Maples and aspens are nice, but you better look down if you want to see fall’s best color show.
UPSIDE-DOWN FALL Nothing against trees, but on the tundra, the glory of fall plays out under your feet.
THERE’S SOMETHING to be said for looking at your feet when you’re hiking. As I walk, I watch explosions of fall hues seep out from beneath my mud-splotched boots. Red. Yellow. Green. White. Purple. They carry my gaze all the way to the horizon, where the tundra meets the sky in a blur of color.
In these valleys and alpine areas of Alaska’s Talkeetna Mountains, the ecosystem exists almost entirely on the ground. Instead of trees, vibrant brushes, riverside lichens, and berry patches dot the place. They each burst into life come fall: The blueberries ripen, moss glows vivid green, and the thick brush flashes its autumn personality.
Each step feels like another stroke of the paintbrush. My left foot lands under the crimson leaves of the bearberry bush; my right next to white, sponge-like Caribou moss. Off the side of the trail, I can see the burnt-yellow leaves of the Arctic willow shrub. I pause regularly to take photos of the plants beside my boots, fascinated by the constantly changing terrain.
I’m not here to argue against the traditional fall excursion. Seeing the treetops turn crimson in the Northeast, orange in the Southeast, yellow in the Rockies—or even chasing the golden larches in the Pacific Northwest—is an annual objective for hikers, and should be. But when it comes to exploring wilderness, the thing that binds us throughout the year, fall to fall, is a sense of adventure and a desire to discover new terrain and new spots. So why do we revert to the “same old” each and every autumn? Why do lists of the “best fall hikes” and “best fall colors” always spew the same trips for tree leafpeeping, when color-changing ground cover is no less spectacular?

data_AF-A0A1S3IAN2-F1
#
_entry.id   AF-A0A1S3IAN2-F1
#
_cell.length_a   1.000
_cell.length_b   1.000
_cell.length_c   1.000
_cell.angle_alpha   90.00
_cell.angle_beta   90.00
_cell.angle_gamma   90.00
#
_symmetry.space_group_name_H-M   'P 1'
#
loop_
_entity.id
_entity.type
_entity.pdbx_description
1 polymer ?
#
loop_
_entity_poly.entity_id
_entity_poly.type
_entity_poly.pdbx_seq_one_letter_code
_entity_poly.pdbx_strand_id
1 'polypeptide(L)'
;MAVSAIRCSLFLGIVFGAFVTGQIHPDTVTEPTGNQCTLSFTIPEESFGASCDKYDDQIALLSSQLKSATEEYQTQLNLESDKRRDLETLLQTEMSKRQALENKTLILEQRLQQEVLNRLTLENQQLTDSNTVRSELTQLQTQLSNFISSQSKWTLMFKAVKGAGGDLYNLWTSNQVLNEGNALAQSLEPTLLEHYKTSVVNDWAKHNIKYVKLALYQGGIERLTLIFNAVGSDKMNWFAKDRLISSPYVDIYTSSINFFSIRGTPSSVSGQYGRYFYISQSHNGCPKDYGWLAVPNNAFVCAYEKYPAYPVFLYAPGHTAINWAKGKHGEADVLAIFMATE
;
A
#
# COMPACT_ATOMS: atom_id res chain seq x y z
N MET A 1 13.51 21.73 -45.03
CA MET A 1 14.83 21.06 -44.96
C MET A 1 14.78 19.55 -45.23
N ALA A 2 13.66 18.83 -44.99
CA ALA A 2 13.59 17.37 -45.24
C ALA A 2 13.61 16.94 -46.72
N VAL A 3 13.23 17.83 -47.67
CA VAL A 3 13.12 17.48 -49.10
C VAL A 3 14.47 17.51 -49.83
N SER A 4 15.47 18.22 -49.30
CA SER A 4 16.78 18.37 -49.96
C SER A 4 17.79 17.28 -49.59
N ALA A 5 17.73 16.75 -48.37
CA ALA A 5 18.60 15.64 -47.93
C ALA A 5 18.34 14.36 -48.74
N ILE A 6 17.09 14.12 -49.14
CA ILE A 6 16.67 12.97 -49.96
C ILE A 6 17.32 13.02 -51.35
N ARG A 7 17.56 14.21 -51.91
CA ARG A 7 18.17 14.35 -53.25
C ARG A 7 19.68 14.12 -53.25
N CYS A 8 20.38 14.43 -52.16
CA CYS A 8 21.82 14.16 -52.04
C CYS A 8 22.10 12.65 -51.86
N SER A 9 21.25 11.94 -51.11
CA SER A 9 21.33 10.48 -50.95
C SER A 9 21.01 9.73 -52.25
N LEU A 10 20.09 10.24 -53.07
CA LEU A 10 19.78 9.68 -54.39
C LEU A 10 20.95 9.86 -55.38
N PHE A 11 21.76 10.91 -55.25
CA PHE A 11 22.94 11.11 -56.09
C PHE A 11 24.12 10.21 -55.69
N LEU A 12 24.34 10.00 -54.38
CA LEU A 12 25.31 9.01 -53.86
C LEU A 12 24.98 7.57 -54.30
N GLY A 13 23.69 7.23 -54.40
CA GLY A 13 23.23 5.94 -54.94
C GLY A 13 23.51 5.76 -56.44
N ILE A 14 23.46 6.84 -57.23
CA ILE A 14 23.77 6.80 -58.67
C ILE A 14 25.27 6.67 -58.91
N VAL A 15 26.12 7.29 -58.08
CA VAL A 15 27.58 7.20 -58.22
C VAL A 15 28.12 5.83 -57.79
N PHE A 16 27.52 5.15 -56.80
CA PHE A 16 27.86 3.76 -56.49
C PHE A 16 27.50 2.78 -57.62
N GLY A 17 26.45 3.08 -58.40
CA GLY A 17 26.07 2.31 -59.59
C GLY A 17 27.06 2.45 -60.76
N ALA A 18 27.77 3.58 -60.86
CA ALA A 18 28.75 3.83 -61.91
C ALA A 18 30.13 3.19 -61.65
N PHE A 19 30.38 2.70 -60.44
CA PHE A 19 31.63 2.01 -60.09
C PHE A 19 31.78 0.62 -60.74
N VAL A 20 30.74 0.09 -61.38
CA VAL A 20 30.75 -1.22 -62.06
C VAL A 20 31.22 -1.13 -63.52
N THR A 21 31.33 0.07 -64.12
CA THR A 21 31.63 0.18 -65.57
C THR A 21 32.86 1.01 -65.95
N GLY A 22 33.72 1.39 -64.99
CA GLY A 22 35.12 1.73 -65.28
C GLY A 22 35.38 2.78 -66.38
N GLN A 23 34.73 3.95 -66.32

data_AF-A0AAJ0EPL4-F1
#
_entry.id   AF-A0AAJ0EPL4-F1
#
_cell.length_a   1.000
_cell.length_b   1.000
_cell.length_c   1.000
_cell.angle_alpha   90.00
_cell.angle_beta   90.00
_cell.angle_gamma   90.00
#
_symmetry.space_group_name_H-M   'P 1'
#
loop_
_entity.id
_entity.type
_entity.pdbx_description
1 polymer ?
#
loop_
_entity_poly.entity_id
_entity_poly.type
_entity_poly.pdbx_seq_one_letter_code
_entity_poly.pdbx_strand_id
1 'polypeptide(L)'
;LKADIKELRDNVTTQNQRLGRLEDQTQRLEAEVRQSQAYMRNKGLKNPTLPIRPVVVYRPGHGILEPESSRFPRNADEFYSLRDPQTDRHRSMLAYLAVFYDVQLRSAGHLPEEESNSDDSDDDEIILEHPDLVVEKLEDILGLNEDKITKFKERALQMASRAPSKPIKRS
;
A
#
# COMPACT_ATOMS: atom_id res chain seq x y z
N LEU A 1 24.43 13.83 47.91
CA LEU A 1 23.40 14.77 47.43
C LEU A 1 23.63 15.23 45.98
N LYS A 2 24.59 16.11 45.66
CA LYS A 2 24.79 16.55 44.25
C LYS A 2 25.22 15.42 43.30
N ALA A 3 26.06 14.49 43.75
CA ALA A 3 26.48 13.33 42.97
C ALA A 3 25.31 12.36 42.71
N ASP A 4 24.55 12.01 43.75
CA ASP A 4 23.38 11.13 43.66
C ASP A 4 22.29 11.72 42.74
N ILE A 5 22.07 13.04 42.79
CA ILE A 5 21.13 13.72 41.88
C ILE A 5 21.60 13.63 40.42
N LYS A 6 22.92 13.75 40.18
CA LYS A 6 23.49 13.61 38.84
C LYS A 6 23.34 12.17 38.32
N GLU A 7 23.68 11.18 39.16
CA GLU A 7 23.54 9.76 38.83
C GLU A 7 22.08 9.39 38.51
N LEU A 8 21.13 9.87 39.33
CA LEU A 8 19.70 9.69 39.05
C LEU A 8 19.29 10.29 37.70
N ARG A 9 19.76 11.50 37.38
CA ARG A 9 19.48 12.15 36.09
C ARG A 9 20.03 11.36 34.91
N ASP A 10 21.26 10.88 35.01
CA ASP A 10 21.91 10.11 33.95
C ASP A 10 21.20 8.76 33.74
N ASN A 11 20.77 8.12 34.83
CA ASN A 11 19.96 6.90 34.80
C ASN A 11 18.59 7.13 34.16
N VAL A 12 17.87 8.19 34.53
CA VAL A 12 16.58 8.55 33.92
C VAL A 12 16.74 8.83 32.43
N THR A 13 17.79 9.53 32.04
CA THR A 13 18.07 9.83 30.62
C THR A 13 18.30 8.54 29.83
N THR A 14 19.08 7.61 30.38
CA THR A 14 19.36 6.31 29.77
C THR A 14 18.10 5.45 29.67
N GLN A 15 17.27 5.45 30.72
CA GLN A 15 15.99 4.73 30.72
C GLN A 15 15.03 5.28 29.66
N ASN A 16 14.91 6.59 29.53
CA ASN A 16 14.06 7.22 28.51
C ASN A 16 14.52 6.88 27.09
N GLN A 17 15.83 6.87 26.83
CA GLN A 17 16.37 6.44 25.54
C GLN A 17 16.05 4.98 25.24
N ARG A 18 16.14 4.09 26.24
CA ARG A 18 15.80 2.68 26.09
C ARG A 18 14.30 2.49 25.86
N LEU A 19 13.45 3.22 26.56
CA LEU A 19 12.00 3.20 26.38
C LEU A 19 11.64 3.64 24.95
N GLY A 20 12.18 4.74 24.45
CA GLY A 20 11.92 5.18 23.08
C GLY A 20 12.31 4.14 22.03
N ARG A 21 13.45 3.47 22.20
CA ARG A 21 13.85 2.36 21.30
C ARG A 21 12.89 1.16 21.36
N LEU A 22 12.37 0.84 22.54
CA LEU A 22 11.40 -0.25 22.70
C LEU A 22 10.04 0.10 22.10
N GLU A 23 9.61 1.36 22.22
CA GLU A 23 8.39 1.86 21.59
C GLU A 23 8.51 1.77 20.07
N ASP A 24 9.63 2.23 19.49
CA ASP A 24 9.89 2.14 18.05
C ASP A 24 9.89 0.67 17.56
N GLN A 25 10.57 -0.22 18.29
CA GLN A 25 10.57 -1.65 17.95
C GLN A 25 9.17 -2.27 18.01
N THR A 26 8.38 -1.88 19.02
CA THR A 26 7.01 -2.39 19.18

Consider this: A forest full of the same tree species displays contrast within itself, the individual trees changing at different rates, allowing the forest as a whole to exhibit the various phases of seasonality—green to yellow to brown, say. Landscapes dominated by ground cover, however, offer us not only the contrast of colors, but the direct comparison of dozens of plant species, side by side, all changing at the same time in different ways and at different rates.
The obvious reason for the tree bias is that forests are more accessible than, say, tundras. (Not everyone can make it up to Alaska on the heels of summer.) But that’s no excuse. America is full
of national grasslands, with 20 protected prairies across the West and Middle America. Highlighted by ground flowers like fall-blooming asters and goldenrods, they, too, go through color transitions. The Northeast? Well, it has its own pockets of tundra. That means there’s a ground-level color show just around the corner, no matter where you live—an easy add-on to your regularly scheduled leaf-peeping plans.
Halfway up the hillside, I pause to look out over the valley below. With no trees to block the view, the colors outrun my vision in every direction, the patches sitting adjacent to one another like a well-stocked palette. It’s a view I won’t forget. All my life, I have looked up to fall; today, I get to look down upon it.
No trees, no problem in Denali National Park